Door closing quickly on punter

B.J. Sander did nothing to embarrass himself, but nothing to distinguish himself last season as the punter for the future in Green Bay. General manager Ted Thompson's recent moves to sign two free agent punters is a sure indication that Sander's days as a Packer are numbered.

Last season was a make it-or-break-it season for Sander. For the most part, the left-footed kicker flopped. After taking notes and watching veteran Bryan Barker in 2004, Sander was pretty much handed the job in training camp last year after a respectable showing in NFL Europe. The Packers brought in punters to compete against Sander, but only Sander kicked in preseason games. Still, he struggled in 2005 as a redshirt rookie, finishing with a 39.2-yard gross average and 33.9 net average. Those numbers ranked him near the bottom of the National Football League among NFL punters. He then missed the final two games with a deep knee bruise to his kicking leg.

It would have been interesting to see Sander punt in Lambeau Field for the final two games of the regular season. Judging by the way he punted in late November and early December when the temperatures dropped in Green Bay, there is no reason to believe that he would have improved his averages.

But, alas, there is hope for one of the sore spots of Green Bay's special teams. The Packers signed strong-legged Jon Ryan, a 6-foot, 202-pound punter, who led the Canadian Football League last season, and Ryan Dutton, an Oshkosh, Wis., native.

Of the two cold-weather-acclimated newcomers, Jon Ryan will push the hardest to take the punting job away from Sander next season in Green Bay. He has spent the last two seasons with the Winnipeg Blue Bombers. He led the league in both gross punting average (50.6) and net average (42.3) last year. As a rookie, he averaged 43.2 yards per punt and had one punt of 92 yards as a rookie.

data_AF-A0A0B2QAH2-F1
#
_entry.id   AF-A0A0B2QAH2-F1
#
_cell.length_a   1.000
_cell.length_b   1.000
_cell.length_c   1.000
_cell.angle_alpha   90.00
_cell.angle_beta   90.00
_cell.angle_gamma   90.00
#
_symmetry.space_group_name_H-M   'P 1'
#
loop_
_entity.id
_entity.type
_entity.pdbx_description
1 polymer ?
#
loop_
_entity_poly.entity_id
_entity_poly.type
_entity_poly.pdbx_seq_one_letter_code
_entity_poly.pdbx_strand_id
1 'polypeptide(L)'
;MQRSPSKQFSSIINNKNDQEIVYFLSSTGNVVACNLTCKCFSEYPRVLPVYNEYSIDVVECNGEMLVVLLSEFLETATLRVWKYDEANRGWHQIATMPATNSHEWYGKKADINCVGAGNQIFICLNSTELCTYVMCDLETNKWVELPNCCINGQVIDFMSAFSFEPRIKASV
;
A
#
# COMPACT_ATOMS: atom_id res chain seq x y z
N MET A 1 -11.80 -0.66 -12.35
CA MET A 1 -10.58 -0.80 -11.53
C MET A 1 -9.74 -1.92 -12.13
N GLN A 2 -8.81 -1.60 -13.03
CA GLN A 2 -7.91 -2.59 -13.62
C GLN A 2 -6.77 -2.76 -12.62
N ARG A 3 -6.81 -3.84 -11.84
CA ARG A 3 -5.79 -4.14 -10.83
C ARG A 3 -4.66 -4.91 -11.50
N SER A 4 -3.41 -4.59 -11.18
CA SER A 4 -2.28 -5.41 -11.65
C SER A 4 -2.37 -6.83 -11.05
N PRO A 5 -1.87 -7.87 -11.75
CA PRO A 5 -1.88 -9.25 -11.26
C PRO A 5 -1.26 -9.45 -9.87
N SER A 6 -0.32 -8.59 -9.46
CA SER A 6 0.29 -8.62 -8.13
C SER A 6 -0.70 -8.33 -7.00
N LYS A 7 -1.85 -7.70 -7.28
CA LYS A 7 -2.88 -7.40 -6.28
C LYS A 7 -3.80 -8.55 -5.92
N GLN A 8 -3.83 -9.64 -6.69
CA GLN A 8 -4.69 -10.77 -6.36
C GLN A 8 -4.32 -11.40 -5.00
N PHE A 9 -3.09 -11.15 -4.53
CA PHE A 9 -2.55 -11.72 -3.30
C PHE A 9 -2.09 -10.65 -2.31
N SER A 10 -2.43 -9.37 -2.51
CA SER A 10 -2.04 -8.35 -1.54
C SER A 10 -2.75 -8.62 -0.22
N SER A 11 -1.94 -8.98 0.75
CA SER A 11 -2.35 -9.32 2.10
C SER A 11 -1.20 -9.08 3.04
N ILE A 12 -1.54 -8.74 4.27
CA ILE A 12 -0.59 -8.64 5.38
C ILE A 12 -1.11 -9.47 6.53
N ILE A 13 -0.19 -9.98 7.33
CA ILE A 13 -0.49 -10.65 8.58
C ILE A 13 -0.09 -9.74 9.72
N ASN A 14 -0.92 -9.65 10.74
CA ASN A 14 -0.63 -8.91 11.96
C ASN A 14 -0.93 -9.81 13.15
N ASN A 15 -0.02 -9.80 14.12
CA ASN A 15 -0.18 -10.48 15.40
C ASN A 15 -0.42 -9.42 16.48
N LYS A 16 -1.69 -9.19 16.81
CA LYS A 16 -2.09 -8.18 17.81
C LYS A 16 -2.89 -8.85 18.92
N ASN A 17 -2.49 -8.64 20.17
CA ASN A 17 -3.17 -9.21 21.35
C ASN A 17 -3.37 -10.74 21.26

The Packers had to fork over a reported $35,000 signing bonus to the 24-year-old Ryan, but that's peanuts compared to the half-million dollar bonus that then-GM Mike Sherman gave to Sander after taking him in the third round of the 2004 NFL draft. Furthermore, if Ryan can beat out Sander, his salary cap number for 2006 will be far less than Sander's scheduled cap number of $530,906.

Thompson deserves credit for beating out other NFL teams, like the New York Jets and Cleveland Browns, that were in hot pursuit of Ryan. As a result of signing Ryan, Thompson can focus on obtaining players to fortify other positions instead of seeking another punter in free agency, or a later round in the draft.

As it stands the Packers have four punters on their roster – Sander, Jon Ryan, Ryan Dutton and Ryan Flinn. That's a lot of Ryans, but it sure looks like one Ryan - Jon - has the inside track at this point. The Regina, Saskatchewan native obviously is used to frigid conditions, and has proved that he can boot the ball farther than most north of the U.S/Canadian border. The jury is still out on Dutton, who had tryouts with Cleveland and Seattle the past two training camps before getting released. Flinn, a free agent and part-time bartender who punted the last two games for Green Bay, was no better than Sander.

Sander has had his chances in Green Bay. If he without question tops his competition during this off-season and training camp, then he deserves another shot. But after watching him struggle during the preseason of 2004 and throughout 2005, the Packers are better prepared to move on with a new face (and leg) at this position.

Todd Korth

Todd Korth is managing editor of and Packer Report. E-mail him at

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